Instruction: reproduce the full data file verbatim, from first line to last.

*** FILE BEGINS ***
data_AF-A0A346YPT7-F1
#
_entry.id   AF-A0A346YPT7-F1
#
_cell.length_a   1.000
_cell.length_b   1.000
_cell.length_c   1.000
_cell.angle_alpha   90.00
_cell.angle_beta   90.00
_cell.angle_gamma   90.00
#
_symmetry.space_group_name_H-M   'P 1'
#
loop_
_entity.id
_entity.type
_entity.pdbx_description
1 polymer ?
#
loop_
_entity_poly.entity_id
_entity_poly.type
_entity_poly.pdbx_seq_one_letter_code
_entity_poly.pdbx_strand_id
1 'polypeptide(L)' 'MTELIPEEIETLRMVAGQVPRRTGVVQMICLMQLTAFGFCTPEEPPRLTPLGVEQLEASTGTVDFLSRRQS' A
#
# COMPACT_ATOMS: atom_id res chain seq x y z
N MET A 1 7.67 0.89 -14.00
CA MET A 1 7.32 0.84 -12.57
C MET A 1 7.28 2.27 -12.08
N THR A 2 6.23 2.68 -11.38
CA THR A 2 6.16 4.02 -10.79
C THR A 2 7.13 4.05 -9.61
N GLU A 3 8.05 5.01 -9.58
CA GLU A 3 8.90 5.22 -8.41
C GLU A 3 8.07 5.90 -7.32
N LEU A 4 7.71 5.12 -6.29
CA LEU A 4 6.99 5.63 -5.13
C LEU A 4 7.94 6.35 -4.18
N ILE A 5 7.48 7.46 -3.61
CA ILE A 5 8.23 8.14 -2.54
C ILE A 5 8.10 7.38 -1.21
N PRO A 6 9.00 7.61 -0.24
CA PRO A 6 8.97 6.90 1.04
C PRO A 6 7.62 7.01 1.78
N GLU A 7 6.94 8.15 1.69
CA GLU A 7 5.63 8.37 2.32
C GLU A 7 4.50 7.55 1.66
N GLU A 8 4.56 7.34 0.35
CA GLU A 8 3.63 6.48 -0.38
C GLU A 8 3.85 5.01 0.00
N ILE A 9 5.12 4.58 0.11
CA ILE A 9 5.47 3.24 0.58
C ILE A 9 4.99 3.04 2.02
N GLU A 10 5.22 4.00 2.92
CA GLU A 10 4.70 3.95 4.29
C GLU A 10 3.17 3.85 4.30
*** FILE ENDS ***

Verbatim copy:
data_AF-A0A346YPT7-F1
#
_entry.id   AF-A0A346YPT7-F1
#
_cell.length_a   1.000
_cell.length_b   1.000
_cell.length_c   1.000
_cell.angle_alpha   90.00
_cell.angle_beta   90.00
_cell.angle_gamma   90.00
#
_symmetry.space_group_name_H-M   'P 1'
#
loop_
_entity.id
_entity.type
_entity.pdbx_description
1 polymer ?
#
loop_
_entity_poly.entity_id
_entity_poly.type
_entity_poly.pdbx_seq_one_letter_code
_entity_poly.pdbx_strand_id
1 'polypeptide(L)' 'MTELIPEEIETLRMVAGQVPRRTGVVQMICLMQLTAFGFCTPEEPPRLTPLGVEQLEASTGTVDFLSRRQS' A
#
# COMPACT_ATOMS: atom_id res chain seq x y z
N MET A 1 7.67 0.89 -14.00
CA MET A 1 7.32 0.84 -12.57
C MET A 1 7.28 2.27 -12.08
N THR A 2 6.23 2.68 -11.38
CA THR A 2 6.16 4.02 -10.79
C THR A 2 7.13 4.05 -9.61
N GLU A 3 8.05 5.01 -9.58
CA GLU A 3 8.90 5.22 -8.41
C GLU A 3 8.07 5.90 -7.32
N LEU A 4 7.71 5.12 -6.29
CA LEU A 4 6.99 5.63 -5.13
C LEU A 4 7.94 6.35 -4.18
N ILE A 5 7.48 7.46 -3.61
CA ILE A 5 8.23 8.14 -2.54
C ILE A 5 8.10 7.38 -1.21
N PRO A 6 9.00 7.61 -0.24
CA PRO A 6 8.97 6.90 1.04
C PRO A 6 7.62 7.01 1.78
N GLU A 7 6.94 8.15 1.69
CA GLU A 7 5.63 8.37 2.32
C GLU A 7 4.50 7.55 1.66
N GLU A 8 4.56 7.34 0.35
CA GLU A 8 3.63 6.48 -0.38
C GLU A 8 3.85 5.01 0.00
N ILE A 9 5.12 4.58 0.11
CA ILE A 9 5.47 3.24 0.58
C ILE A 9 4.99 3.04 2.02
N GLU A 10 5.22 4.00 2.92
CA GLU A 10 4.70 3.95 4.29
C GLU A 10 3.17 3.85 4.30